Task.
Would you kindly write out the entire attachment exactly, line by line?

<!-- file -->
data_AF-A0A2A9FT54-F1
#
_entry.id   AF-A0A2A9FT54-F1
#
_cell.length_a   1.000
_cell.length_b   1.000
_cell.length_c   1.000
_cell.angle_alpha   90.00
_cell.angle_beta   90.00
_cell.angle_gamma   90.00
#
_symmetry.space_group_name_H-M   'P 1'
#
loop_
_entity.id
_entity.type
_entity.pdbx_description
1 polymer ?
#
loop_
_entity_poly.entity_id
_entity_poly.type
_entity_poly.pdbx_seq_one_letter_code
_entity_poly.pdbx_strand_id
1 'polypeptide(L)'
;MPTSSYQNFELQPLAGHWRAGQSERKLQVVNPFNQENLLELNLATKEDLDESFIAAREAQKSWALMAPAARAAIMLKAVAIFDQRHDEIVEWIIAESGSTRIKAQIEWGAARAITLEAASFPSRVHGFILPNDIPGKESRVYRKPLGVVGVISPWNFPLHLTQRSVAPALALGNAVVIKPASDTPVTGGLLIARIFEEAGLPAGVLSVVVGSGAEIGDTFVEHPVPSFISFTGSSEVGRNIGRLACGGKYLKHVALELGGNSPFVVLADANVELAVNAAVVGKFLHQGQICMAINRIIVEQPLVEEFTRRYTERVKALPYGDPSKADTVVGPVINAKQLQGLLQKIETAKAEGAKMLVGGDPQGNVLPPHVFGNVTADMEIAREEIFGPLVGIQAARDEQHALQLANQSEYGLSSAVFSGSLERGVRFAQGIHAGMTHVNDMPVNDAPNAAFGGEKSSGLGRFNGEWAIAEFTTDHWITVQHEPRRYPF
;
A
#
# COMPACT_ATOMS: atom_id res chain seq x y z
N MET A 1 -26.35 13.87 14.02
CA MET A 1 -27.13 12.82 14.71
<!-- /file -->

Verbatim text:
data_AF-A0A2A9FT54-F1
#
_entry.id   AF-A0A2A9FT54-F1
#
_cell.length_a   1.000
_cell.length_b   1.000
_cell.length_c   1.000
_cell.angle_alpha   90.00
_cell.angle_beta   90.00
_cell.angle_gamma   90.00
#
_symmetry.space_group_name_H-M   'P 1'
#
loop_
_entity.id
_entity.type
_entity.pdbx_description
1 polymer ?
#
loop_
_entity_poly.entity_id
_entity_poly.type
_entity_poly.pdbx_seq_one_letter_code
_entity_poly.pdbx_strand_id
1 'polypeptide(L)'
;MPTSSYQNFELQPLAGHWRAGQSERKLQVVNPFNQENLLELNLATKEDLDESFIAAREAQKSWALMAPAARAAIMLKAVAIFDQRHDEIVEWIIAESGSTRIKAQIEWGAARAITLEAASFPSRVHGFILPNDIPGKESRVYRKPLGVVGVISPWNFPLHLTQRSVAPALALGNAVVIKPASDTPVTGGLLIARIFEEAGLPAGVLSVVVGSGAEIGDTFVEHPVPSFISFTGSSEVGRNIGRLACGGKYLKHVALELGGNSPFVVLADANVELAVNAAVVGKFLHQGQICMAINRIIVEQPLVEEFTRRYTERVKALPYGDPSKADTVVGPVINAKQLQGLLQKIETAKAEGAKMLVGGDPQGNVLPPHVFGNVTADMEIAREEIFGPLVGIQAARDEQHALQLANQSEYGLSSAVFSGSLERGVRFAQGIHAGMTHVNDMPVNDAPNAAFGGEKSSGLGRFNGEWAIAEFTTDHWITVQHEPRRYPF
;
A
#
# COMPACT_ATOMS: atom_id res chain seq x y z
N MET A 1 -26.35 13.87 14.02
CA MET A 1 -27.13 12.82 14.71